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Ways to Successfully Balance a Full Caseload as a Therapist

By: Bridget Eickhoff, MA, Alison Dolan, Psy.D., LP, and Andrea Hutchinson, Psy.D., LP

Being a therapist can be a fulfilling and rewarding career. However, it can be hard to remember that therapists are humans who also experience anxiety, stress, and burnout. We took a survey of 30 clinicians at CARE Counseling asking what makes them feel successful and balanced at work. Here are the main points our amazing clinicians found that help them find balance when working with a full caseload.

  • Create Boundaries and Stick to Them
    • Let your clients know your boundaries for cancellations and follow through with the boundaries you’ve set or are set by your agency. Therapy should be a flexible time for the client to address topics that are important to them; however, aspects of structure are important in therapy to keep both your clients and yourself accountable. 
    • Start and end sessions on time so that you have time to complete documentation, grab something to eat or drink, use the restroom, consult with a colleague, and/or take a moment to regroup.
  • Manage your Schedule Proactively
      • Make your life easier by scheduling clients as recurring appointments and practice confirming the next appointment at the end of the session. 
      • You probably enjoy seeing clients and it can be heartbreaking to refer them out. However, back to that accountability point, close your clients who are not following the attendance policy (or use supervision and consultation if you need guidance) and give them referrals to help with barriers (e.g., closer to home, different hours, attending to a different piece of their difficulties, etc).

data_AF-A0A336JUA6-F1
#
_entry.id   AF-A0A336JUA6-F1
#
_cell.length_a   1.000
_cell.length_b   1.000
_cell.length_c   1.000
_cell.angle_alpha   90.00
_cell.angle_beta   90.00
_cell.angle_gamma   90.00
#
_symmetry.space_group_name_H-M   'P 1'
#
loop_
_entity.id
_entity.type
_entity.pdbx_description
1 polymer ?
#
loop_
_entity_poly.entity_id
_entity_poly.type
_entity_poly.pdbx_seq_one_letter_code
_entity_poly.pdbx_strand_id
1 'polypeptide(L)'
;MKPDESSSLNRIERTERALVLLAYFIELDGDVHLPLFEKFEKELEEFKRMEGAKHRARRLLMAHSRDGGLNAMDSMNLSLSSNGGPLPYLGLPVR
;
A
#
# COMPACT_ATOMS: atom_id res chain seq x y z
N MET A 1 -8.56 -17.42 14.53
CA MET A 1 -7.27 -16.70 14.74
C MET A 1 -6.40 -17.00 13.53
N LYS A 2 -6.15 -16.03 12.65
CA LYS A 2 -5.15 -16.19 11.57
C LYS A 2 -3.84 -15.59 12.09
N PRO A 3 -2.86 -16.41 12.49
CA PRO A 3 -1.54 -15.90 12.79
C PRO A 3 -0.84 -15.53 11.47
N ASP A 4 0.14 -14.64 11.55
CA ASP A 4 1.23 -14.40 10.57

• Proactively reach out and ask for more clients if you start to notice your caseload looking low or you have inconsistent clients. 
        • Keep in mind, being proactive will help keep the number of intakes in the same week lower and documentation will likely feel more manageable. 
      • Take advantage of cancellations and catch up on documentation or check-in with a co-worker. If you are finding yourself racing towards burnout remember:
        • You can use PTO and take a day or more to feel grounded again
        • Ask if you can have a temporary block off time in your schedule to help you gain some extra time to feel like things are more manageable again
        • Talk to management to see if there are ways to contribute to the team without as many client appointments. 
  • Try to NOT Take this Very Personal Job, Personally (easier said than done)
      • For both you and your clients, use your intuition for goodness of fit. As you know, a healthy therapeutic alliance is a key factor for the overall success of therapy. At times, especially as a new clinician, it can be difficult to decipher between your intuition and anxiety. Clinicians should utilize supervision and consultation to explore types of clients who are and are not a good fit. Supervision and consultation are also helpful when you feel stuck.
      • Sometimes, it can feel pretty personal when a client cancels often or ghosts us. Keep in mind, clients will cancel appointments for a multitude of reasons ranging from weather, illness, moving, and symptoms and this happens to the best of us. 
  • You’re Not Alone
    • Consult with your peers and use supervision to feel balanced and confident with your caseload.
    • While you are likely a compassionate person, remember you too may have times when you need to check-in on your own mental health. Remember everyone can benefit from therapy!